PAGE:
Sea Surface Temp anomaly data (12/30) continues to indicate that cold waters (-2 C degs or cooler) had a grip on the equator covering solidly from South America west to the dateline and beyond, and is now getting colder and expanding or at least solidifying it's coverage. The models have suggested a second surge of this La Nina event is to develop and take hold by late Jan-early Feb, which will likely send water temps much colder, and that appears to be occurring now. Colder than normal waters covered the equator from Ecuador west to New Guinea with feeder bands originating off the US West Coast and South America sweeping fully to the intersection of the dateline and the equator, only serving to reinforce what is already a solid La Nina pattern. These colder waters are a reflection of stronger than normal high pressure built in over both hemispheres causing upwelling in the Gulf of Alaska and off South America. Looks like a classic La Nina setup.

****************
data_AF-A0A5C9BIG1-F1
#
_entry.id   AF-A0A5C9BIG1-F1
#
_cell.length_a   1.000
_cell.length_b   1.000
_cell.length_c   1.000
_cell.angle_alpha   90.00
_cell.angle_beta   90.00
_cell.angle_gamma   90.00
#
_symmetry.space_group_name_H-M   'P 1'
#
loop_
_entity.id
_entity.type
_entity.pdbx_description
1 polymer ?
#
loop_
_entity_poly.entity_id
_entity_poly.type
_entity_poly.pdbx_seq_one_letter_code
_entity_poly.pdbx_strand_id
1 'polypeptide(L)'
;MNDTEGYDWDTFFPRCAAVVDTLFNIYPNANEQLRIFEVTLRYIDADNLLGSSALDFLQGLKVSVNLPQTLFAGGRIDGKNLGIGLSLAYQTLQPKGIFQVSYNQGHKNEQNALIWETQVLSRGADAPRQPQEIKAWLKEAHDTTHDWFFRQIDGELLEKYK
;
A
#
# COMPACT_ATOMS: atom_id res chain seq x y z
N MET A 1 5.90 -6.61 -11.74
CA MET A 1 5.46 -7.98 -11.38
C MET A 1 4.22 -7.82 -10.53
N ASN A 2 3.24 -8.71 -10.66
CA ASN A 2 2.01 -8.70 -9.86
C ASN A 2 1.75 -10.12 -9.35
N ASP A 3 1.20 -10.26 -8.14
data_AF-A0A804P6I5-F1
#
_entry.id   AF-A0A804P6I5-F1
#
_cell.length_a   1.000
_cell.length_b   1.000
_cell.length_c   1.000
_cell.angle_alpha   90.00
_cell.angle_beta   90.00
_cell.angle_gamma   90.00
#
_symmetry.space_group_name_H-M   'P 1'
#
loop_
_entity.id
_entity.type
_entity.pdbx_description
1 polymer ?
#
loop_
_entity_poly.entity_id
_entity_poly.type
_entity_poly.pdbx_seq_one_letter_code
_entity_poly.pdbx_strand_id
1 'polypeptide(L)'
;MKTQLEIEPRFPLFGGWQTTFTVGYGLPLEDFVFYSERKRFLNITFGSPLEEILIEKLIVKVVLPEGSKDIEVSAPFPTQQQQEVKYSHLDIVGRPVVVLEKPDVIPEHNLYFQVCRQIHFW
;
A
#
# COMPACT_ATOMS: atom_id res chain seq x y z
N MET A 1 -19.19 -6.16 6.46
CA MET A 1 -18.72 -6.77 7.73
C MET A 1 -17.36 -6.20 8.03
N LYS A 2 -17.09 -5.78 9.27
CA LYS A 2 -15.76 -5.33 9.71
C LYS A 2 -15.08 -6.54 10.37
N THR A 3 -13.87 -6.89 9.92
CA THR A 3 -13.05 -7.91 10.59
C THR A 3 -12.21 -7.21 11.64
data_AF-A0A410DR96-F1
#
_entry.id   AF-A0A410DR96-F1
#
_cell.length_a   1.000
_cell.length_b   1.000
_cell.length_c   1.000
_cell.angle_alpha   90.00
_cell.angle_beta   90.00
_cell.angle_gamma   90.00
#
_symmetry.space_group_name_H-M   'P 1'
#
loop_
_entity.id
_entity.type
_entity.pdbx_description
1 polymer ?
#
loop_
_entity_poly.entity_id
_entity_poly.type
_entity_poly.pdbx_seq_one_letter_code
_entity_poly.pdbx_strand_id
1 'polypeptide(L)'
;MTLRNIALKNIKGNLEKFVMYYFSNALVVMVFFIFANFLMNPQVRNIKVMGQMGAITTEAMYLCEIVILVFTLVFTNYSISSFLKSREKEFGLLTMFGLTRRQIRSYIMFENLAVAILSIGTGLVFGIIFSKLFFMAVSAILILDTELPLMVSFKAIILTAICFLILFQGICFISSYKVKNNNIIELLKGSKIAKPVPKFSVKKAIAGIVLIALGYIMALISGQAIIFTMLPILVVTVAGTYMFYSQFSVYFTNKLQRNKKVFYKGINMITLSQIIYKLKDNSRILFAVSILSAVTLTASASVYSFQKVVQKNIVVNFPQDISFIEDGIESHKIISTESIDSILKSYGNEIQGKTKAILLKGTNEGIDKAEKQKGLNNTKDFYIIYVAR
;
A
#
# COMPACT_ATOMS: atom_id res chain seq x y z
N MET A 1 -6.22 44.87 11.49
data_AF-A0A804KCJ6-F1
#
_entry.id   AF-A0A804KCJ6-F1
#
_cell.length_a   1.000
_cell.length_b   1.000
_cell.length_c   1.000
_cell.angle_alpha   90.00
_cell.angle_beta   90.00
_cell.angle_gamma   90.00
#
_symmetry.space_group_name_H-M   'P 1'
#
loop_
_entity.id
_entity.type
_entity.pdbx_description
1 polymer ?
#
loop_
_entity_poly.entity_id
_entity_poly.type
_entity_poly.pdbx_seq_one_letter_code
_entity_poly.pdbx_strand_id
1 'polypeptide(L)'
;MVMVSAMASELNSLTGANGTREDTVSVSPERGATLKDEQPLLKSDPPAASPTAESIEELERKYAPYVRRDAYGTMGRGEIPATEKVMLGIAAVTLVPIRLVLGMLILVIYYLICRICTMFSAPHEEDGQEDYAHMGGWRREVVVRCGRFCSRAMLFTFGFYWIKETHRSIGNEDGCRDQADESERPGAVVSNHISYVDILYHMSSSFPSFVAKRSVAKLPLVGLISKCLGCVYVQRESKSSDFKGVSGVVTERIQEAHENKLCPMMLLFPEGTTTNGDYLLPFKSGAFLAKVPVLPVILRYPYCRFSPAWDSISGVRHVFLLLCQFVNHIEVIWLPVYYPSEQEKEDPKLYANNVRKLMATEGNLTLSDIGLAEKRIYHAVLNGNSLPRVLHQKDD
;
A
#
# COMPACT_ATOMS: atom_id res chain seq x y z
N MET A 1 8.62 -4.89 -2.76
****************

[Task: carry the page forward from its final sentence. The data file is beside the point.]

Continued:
Below the surface on the equator no Kevin Wave activity was present and if anything colder than normal water was strong on the equator south of Hawaii and locked in position (sort of like a stationary cold Kelvin Wave). Previously this pocket was down to 7 degs below normal in mid- Sept and 6 degrees below normal on 10/18. But it warmed to 3 degs below normal on 12/9 and was starting to move east and not getting any colder as of 12/16. But then on 12/25 it dropped back to -4 degrees located at 120W and nearly 5 degs below normal on the 27th, expanding coverage on 12/31. There was some though the worst of La Nina was over, but as the models predicted, it now looks like a second pulse of La Nina is developing with colder waters the likely result.
Over the entire Equatorial Pacific trades were blowing all the way to the Philippines and beyond. From a historical 'normal' perspective these easterly winds were fully anomalous, blowing harder than normal from the east to the west, as would be expected looking at all the other data. And if anything there were only getting worse (on 12/31). This occurred starting in late Sept, with only normal winds indicated prior to 9/11.
Looking at the Pacific equatorial current as of 12/5, it was running slightly anomalously west to east, completely contrary to it's previous flow and a bit unusual for a La Nina year. It actually started this pattern in early November. But with East winds on the rise, it will likely fall back in-line with expectations.